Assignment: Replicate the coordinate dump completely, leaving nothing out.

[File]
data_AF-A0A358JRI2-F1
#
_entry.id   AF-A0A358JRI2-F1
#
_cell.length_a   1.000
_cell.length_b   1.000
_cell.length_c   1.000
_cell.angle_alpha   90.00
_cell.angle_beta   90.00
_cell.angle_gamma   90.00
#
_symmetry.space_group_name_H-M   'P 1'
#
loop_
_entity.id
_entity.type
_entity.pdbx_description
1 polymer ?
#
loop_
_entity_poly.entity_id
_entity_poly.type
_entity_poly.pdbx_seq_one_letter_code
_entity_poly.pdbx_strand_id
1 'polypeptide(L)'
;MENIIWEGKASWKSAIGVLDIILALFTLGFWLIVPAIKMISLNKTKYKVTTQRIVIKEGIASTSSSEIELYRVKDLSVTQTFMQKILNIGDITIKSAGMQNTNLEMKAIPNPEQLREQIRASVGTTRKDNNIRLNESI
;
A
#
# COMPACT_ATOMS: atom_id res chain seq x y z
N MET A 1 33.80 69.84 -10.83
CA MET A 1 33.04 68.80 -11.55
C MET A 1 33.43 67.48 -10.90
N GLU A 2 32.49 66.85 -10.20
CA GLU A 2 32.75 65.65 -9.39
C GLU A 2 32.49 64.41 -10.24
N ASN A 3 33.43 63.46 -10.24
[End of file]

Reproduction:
data_AF-A0A358JRI2-F1
#
_entry.id   AF-A0A358JRI2-F1
#
_cell.length_a   1.000
_cell.length_b   1.000
_cell.length_c   1.000
_cell.angle_alpha   90.00
_cell.angle_beta   90.00
_cell.angle_gamma   90.00
#
_symmetry.space_group_name_H-M   'P 1'
#
loop_
_entity.id
_entity.type
_entity.pdbx_description
1 polymer ?
#
loop_
_entity_poly.entity_id
_entity_poly.type
_entity_poly.pdbx_seq_one_letter_code
_entity_poly.pdbx_strand_id
1 'polypeptide(L)'
;MENIIWEGKASWKSAIGVLDIILALFTLGFWLIVPAIKMISLNKTKYKVTTQRIVIKEGIASTSSSEIELYRVKDLSVTQTFMQKILNIGDITIKSAGMQNTNLEMKAIPNPEQLREQIRASVGTTRKDNNIRLNESI
;
A
#
# COMPACT_ATOMS: atom_id res chain seq x y z
N MET A 1 33.80 69.84 -10.83
CA MET A 1 33.04 68.80 -11.55
C MET A 1 33.43 67.48 -10.90
N GLU A 2 32.49 66.85 -10.20
CA GLU A 2 32.75 65.65 -9.39
C GLU A 2 32.49 64.41 -10.24
N ASN A 3 33.43 63.46 -10.24